Kurt Warner, son of Cedar Rapids, goes to Canton

Former Regis High/UNI QB joins Hall of Fame Saturday

Kurt Warner, during his senior season as the quarterback at Regis High School in Cedar Rapids, October 7, 1988.
Kurt Warner, during his senior season as the quarterback at Regis High School in Cedar Rapids, October 7, 1988.

CEDAR RAPIDS — An amazing circle of football life closes for Kurt Warner this week.

This Saturday night, the 1989 Cedar Rapids Regis High School graduate will be inducted into the Pro Football Hall of Fame in Canton, Ohio. He is the first native Iowan to receive that honor.

For his family, it’s obviously a wonderful week. There will be no pregame worries, no in-game stress, no danger of the former quarterback absorbing one of the countless violent hits he took.

The result is known, and it’s a good one. Warner will be the last of Saturday’s seven inductees to speak at the induction ceremony. Everything directed his way will be tribute and celebration of an extraordinary football career.

“I don’t know if it’s sunk in completely,” Sue Warner, Kurt’s mother, said last week in Cedar Rapids.

“It’s pretty surreal. But then, Kurt’s career was pretty surreal."

Tom Miller, Sue’s husband, neatly summed it up. “It’s a huge deal,” he said.

Kurt’s story — two NFL regular-season MVP awards, a Super Bowl MVP honor in leading the St. Louis Rams to a world championship, quarterbacking the Rams to two Super Bowls and the Arizona Cardinals to their only such appearance — will be told and retold this week in Canton.

That’s just part of it, of course. Coming from being undrafted out of Northern Iowa, playing Arena Football and NFL Europe, and then setting oodles of NFL records formed far too good a biography to be kept out of the Hall of Fame.


This was the third year in which Warner was eligible. The first year, he flew in his family members from Arizona to join him the day before the 2015 Super Bowl. That’s when the Hall of Fame Committee elects seven inductees from 15 finalists.

The NFL puts the finalists and their families in hotel suites in the Super Bowl host city the day of the announcement. Miller called the experience of waiting for hours in a hotel room only to be told his stepson missed the cut “brutal.” He and his wife chose to stay home in 2016 and 2017, not wanting to again be put through the prolonged tension and potential agony.

Almost six months ago, Kurt called his mom shortly before the 2017 honorees were announced publicly. She said he told her this: “I made it. You’ll be in Canton with me.”

Video: Kurt Warner's career

Warner’s parents, stepparents, and his brother Matt and his family will head to northern Ohio this week. They share perspectives most of us don’t have. They know what their favorite football player physically and emotionally endured to play quarterback in the NFL.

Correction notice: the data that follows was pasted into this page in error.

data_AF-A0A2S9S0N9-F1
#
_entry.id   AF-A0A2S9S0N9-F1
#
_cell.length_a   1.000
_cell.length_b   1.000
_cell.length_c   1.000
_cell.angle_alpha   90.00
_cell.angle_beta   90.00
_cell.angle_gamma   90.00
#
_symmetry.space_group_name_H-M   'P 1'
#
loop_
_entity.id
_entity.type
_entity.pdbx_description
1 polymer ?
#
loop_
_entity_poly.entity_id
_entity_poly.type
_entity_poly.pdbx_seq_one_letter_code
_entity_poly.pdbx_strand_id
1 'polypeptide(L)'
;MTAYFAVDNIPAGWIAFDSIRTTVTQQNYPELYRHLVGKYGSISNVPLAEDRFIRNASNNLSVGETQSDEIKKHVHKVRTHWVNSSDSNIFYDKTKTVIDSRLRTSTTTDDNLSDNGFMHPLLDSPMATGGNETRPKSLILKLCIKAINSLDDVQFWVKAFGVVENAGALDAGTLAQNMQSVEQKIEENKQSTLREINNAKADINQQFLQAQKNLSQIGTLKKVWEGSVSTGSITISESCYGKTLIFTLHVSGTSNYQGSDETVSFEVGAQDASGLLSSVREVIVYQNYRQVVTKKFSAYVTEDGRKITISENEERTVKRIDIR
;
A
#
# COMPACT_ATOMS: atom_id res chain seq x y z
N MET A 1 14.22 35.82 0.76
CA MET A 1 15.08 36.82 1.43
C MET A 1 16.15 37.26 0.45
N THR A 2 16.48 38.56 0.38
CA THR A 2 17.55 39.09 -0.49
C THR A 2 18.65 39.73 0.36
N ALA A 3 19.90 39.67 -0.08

“I love football,” Miller said. “But after you see it ... we were down in St. Louis one time and we’d always go over to Kurt’s house (after games). He’d come home, and 10 or 12 feet into the door he had to get down in a chair because he was so sore.

“It gives you a whole different perspective about football. Sue’s never seen that hit against the Saints (a blindside blast on a block by New Orlean’s Bobby McCray in Arizona’s 2010 playoff loss, Warner’s last game as a player).”

“I won’t watch it,” Sue said. “Tom won’t let me.”

“Kurt had a six-fumble game in New York (with the Rams in 2003),” said Miller. “Well, he had a concussion and ended up in the hospital that night. Something was wrong with Kurt. We can tell. It was hard to watch that.”

While in the NFL, Warner suffered a chronic thumb injury, a broken finger on his throwing hand, a torn labrum, and more than one concussion. He broke two ribs during the Rams’ Super Bowl win over the Tennessee Titans in 2000.

“We couldn’t break Kurt,” then-Titans Coach Jeff Fisher said.


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“Kurt never whined about injuries,” his mother said. “It was ‘Just get me back out there, do what you have to do. I’m going to play through it.’”

But the good times were so, so good. In 1999, Warner’s first year as a starter, he owned the NFL. What his St. Louis Rams did offensively was different-level stuff. It was hard for his family members to wrap their minds around it, let alone the nation’s fans.

“It was kind of a blur,” Sue said. “To get to the Super Bowl your first year playing, it was crazy.

“Every young man in Cedar Rapids claimed he played either with or against Kurt. I’d hear guys say they played Metro (Youth) Football with Kurt, and Kurt never played Metro Football. I couldn’t afford Metro for him.”

“It was weird to go into a supermarket and see your son on magazine covers. That was funny. Someone would say ‘Are you into football?’ ‘Well, that’s my son.’ ‘Oh no, that’s not your son.’ ‘Yeah, it is.’ ”

Here we are 18 years later. You can’t tell the full story of the NFL without stopping to marvel at Warner’s career. It began in Cedar Rapids. It will now be told in Canton.



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